Nebuchadnezzar the king, to all people, nations, and languages, that dwell in all the earth; Peace be multiplied to you.…
Even kings learn the humiliating lesson at last that they are but men. As a counterpoise to their advantages, there is, on their side, this great disadvantage, viz. that their minds are singularly impervious to appeals from God. A drawback this which more than counterweighs all their privilege.
I. GOD'S BEST GIFTS ARE OFTEN CONVEYED TO MEN THROUGH PAINFUL CHANNELS, God "causeth his sun to shine on the evil and the good. He sendeth rain on just and unjust alike." So with earthly riches, honour, rank, lame. These gifts betoken no special favour of the Highest. They are of so little worth that God gives them in abundance to his foes. But his best gifts are obtained only through penitence, self-denial, suffering - both vicarious and personal. Job's wealth came, at the first, almost as an accident, and it exposed him to the envy and malice of Satan. If he had lived and died in his luxurious ease, the world would never have heard of him. But suffering wrought in him patience, submission, and faith. This was wealth which entered into his character, and abides with him still. The poor kingdoms of earth may be gained by the accident of birth, or by the mere chances of diabolic war; but the everlasting kingdom can only be reached through soul-tribulation. "Though he were a Son, yet learned he obedience by the things which he suffered."
II. GOD'S BEST GIFTS ARE INTENDED TO REVEAL HIMSELF TO THE SOUL. These gifts, when rightly estimated, are prodigies of skill and mirrors of Divine love. If God may be seen in his material works, he can be yet more clearly seen in his gracious gifts to men. Every one of these is a love-token, bearing on it the impression of his heart. Nebuchadnezzar had been wont to think that his royal good fortune was the highest good he possessed; but now he is led into the dark school of suffering, and made to learn his folly. Now he learns that God's gifts of mind, reason, memory, speech, are far nobler than royal dignities, and that for the creation and preservation of these he is indebted to the God of heaven. Further, he is made to learn that there is a higher King than himself, and that to know and love God is the loftiest good of man. Jesus Christ is God's best Gift to man, because he reveals to us the Father. Let us value most those blessings which bring us nearest to God!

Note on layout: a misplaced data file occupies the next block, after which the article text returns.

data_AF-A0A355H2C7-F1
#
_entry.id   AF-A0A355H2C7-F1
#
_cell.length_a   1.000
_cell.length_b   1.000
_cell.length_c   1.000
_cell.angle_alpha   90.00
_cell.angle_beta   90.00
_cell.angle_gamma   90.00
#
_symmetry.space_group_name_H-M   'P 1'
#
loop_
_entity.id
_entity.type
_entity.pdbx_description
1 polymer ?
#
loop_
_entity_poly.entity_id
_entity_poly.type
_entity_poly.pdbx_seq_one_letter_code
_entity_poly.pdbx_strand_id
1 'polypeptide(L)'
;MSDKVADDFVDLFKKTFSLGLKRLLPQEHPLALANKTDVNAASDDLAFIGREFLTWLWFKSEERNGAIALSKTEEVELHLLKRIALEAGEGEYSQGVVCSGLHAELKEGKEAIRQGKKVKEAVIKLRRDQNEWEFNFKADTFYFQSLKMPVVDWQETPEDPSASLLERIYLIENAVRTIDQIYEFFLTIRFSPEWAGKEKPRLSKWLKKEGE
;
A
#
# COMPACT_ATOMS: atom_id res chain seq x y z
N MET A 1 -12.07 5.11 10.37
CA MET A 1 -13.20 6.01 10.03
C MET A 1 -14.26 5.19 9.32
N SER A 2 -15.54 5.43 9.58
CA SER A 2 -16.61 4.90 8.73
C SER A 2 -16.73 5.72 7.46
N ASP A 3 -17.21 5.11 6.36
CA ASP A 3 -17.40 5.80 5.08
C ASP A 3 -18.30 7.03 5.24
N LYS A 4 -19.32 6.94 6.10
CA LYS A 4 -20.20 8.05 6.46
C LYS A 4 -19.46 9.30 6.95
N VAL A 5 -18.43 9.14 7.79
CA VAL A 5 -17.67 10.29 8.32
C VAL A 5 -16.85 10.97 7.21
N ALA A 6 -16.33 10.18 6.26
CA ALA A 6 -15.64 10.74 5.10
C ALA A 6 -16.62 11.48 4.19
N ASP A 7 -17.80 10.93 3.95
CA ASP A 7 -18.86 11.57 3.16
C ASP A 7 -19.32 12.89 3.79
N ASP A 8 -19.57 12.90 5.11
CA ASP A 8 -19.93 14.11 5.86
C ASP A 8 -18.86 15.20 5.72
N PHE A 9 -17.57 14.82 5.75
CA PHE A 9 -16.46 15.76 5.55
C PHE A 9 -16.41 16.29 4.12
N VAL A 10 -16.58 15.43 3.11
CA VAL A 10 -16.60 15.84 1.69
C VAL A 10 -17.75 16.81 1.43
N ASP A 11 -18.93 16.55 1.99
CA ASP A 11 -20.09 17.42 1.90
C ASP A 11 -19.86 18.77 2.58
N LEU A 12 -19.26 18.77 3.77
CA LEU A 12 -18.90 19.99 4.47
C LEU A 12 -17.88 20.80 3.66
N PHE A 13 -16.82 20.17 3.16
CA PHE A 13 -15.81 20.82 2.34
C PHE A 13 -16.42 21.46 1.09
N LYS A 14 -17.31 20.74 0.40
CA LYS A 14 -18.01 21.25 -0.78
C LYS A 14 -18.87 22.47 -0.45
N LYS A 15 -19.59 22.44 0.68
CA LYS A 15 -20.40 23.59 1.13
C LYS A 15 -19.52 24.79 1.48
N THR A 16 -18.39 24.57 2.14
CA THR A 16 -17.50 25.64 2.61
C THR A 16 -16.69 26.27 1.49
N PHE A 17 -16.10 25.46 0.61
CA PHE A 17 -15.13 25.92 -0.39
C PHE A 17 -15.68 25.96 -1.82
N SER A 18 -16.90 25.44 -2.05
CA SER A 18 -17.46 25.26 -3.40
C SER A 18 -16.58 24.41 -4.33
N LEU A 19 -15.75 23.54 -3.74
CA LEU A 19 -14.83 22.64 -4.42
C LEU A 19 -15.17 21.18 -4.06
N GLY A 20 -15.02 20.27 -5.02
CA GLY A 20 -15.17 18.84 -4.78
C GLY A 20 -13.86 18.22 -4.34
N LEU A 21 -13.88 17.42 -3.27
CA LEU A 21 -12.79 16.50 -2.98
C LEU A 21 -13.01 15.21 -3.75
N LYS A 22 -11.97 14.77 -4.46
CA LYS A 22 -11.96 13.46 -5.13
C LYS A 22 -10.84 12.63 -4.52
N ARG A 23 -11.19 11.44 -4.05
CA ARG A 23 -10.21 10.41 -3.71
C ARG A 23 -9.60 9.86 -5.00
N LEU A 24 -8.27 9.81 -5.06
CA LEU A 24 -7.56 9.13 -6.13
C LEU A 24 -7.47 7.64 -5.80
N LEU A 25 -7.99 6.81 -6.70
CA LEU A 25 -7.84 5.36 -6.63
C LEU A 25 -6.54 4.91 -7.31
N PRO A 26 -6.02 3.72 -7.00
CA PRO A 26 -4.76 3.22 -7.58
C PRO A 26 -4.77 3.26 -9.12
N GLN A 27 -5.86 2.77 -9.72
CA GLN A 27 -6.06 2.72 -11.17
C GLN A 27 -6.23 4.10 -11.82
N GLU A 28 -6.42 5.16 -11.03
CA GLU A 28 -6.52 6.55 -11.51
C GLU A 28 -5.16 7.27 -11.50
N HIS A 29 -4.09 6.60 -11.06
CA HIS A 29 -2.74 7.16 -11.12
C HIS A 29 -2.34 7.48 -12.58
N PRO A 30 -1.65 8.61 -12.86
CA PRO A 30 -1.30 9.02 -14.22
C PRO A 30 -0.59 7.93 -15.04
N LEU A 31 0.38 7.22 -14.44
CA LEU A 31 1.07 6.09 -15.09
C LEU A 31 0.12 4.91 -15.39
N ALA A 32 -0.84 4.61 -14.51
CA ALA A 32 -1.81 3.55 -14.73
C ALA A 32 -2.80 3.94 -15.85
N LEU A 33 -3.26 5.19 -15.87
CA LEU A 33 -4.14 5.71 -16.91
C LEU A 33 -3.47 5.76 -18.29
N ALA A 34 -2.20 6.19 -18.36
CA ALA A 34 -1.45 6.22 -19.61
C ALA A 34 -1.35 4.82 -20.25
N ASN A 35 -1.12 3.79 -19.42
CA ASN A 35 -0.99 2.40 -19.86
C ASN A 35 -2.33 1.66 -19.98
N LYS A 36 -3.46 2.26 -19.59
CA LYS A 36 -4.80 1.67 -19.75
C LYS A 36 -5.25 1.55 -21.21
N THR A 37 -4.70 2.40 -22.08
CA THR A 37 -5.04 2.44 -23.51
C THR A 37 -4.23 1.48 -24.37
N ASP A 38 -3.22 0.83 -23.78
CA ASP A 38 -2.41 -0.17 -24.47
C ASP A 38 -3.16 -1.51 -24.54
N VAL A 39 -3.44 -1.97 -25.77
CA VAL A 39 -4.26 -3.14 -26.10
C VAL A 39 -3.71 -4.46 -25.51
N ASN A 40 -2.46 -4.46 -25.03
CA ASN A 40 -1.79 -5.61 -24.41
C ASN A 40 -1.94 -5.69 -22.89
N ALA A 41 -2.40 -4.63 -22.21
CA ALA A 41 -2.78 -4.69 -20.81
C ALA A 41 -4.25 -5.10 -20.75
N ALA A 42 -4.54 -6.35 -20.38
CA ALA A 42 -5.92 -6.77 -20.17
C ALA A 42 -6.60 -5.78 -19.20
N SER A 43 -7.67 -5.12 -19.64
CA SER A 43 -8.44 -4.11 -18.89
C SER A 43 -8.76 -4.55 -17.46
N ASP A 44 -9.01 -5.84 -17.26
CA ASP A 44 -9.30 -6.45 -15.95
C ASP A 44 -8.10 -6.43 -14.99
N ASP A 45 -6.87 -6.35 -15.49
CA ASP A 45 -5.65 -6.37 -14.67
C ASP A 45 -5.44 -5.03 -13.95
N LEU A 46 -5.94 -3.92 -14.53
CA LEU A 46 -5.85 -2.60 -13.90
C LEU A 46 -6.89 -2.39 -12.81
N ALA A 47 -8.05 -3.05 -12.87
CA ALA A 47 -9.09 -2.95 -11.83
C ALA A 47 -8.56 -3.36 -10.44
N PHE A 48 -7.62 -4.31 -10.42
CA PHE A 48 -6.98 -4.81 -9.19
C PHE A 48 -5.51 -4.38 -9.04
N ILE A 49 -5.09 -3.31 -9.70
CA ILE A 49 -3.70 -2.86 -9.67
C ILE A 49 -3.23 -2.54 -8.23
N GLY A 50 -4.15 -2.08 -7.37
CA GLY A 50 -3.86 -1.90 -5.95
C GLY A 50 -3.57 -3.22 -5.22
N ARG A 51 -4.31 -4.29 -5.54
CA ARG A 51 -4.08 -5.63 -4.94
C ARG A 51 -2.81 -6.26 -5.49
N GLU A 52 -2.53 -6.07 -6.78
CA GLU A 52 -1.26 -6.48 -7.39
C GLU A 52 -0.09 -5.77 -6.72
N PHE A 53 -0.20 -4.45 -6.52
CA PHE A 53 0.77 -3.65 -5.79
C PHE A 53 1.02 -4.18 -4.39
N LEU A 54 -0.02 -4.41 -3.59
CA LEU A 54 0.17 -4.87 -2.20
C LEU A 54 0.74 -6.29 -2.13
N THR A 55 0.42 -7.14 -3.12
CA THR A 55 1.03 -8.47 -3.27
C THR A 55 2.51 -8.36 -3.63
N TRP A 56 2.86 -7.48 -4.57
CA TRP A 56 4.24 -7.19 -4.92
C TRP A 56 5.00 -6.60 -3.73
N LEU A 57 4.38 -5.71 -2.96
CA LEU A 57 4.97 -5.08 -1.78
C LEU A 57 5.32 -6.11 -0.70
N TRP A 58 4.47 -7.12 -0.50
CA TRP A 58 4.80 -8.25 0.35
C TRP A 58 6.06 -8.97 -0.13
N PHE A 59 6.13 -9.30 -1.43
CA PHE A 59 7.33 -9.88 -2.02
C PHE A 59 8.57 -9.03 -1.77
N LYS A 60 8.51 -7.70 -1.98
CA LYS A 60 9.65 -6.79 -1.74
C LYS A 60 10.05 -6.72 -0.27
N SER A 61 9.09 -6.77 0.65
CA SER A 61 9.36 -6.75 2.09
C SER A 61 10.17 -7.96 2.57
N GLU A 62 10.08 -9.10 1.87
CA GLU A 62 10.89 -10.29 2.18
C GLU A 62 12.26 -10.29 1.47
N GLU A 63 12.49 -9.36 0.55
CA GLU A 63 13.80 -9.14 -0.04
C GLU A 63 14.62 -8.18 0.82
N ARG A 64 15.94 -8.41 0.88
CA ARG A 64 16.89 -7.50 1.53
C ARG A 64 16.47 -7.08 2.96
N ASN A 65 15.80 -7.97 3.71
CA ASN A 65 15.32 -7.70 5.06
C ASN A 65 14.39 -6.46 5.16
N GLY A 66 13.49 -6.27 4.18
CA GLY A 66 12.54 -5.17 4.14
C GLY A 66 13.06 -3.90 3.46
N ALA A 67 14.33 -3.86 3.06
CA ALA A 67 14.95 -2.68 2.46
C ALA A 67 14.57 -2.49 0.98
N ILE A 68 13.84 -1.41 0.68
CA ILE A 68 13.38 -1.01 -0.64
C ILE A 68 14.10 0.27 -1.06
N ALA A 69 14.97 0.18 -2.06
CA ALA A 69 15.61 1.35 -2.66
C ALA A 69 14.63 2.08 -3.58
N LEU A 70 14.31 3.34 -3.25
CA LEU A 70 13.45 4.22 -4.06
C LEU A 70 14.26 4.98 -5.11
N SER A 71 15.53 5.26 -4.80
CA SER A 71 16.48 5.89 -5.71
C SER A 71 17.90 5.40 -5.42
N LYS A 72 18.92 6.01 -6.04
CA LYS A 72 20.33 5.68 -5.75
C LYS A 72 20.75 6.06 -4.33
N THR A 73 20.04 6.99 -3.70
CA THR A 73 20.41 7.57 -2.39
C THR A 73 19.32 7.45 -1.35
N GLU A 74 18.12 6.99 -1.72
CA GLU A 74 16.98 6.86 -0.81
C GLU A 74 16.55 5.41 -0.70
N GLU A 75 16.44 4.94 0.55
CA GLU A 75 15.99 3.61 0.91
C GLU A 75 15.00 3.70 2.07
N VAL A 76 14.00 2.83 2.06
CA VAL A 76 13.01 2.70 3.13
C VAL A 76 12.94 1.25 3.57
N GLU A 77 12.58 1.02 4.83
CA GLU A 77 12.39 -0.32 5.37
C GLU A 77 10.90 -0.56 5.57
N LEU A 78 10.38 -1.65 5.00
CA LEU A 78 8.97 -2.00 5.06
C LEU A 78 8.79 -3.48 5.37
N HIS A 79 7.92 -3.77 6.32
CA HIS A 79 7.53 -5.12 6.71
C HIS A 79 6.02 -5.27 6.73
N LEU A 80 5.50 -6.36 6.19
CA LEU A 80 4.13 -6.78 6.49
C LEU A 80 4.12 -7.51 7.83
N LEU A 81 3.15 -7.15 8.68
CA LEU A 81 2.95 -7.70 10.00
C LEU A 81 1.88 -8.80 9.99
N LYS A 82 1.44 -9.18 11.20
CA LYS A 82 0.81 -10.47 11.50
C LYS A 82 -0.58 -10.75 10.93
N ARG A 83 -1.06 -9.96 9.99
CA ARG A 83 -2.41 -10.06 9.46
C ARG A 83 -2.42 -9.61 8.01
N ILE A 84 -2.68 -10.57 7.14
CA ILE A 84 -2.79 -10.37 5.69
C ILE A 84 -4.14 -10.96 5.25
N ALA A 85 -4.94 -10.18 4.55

III. GOD'S BEST GIFTS ARE INTENDED TO BEAUTIFY CHARACTER. Nebuchadnezzar's wealth, power, conquests, had brought no real good to the man; nay, they had done him harm. They had corrupted the better principles of his soul. They had made him self-sufficient, proud, tyrannical. But now, in a season of mental suffering, God's grace had touched his heart. In that humiliated state, the king learns his dependence on God, his need of Divine help, and the homage due to the supreme Jehovah. His pride is abated. His love of the world is diminished. He is constrained to give unto God his due. He is made another man. His inmost character has been benefited. He is more indebted to temporary insanity than to all his successful wars.
IV. THE BEST GIFTS OF GOD DEMAND PUBLIC ACKNOWLEDGMENT. There was the greatest propriety that the Chaldean king should proclaim to the world his obligations to God. He had been placed under weighty indebtedness, and could show his gratitude in no other way than by declaring to the world his obligation. Often had he made proclamations and edicts to propagate his own will and pleasure; it was fitting that he should now act as a dependent, as a herald of the great King. What better form - what other form - can gratitude assume, than publishing our obligations to the world? We can do no good to God in return for his kindness; we may do good to our fellow-men. If gratitude be genuine it will be publicly acknowledged. Honest recipients of blessing will say, "Come, ye that fear God, and I will declare what he hath done for my soul." - D.
Parallel VersesKJV: Nebuchadnezzar the king, unto all people, nations, and languages, that dwell in all the earth; Peace be multiplied unto you.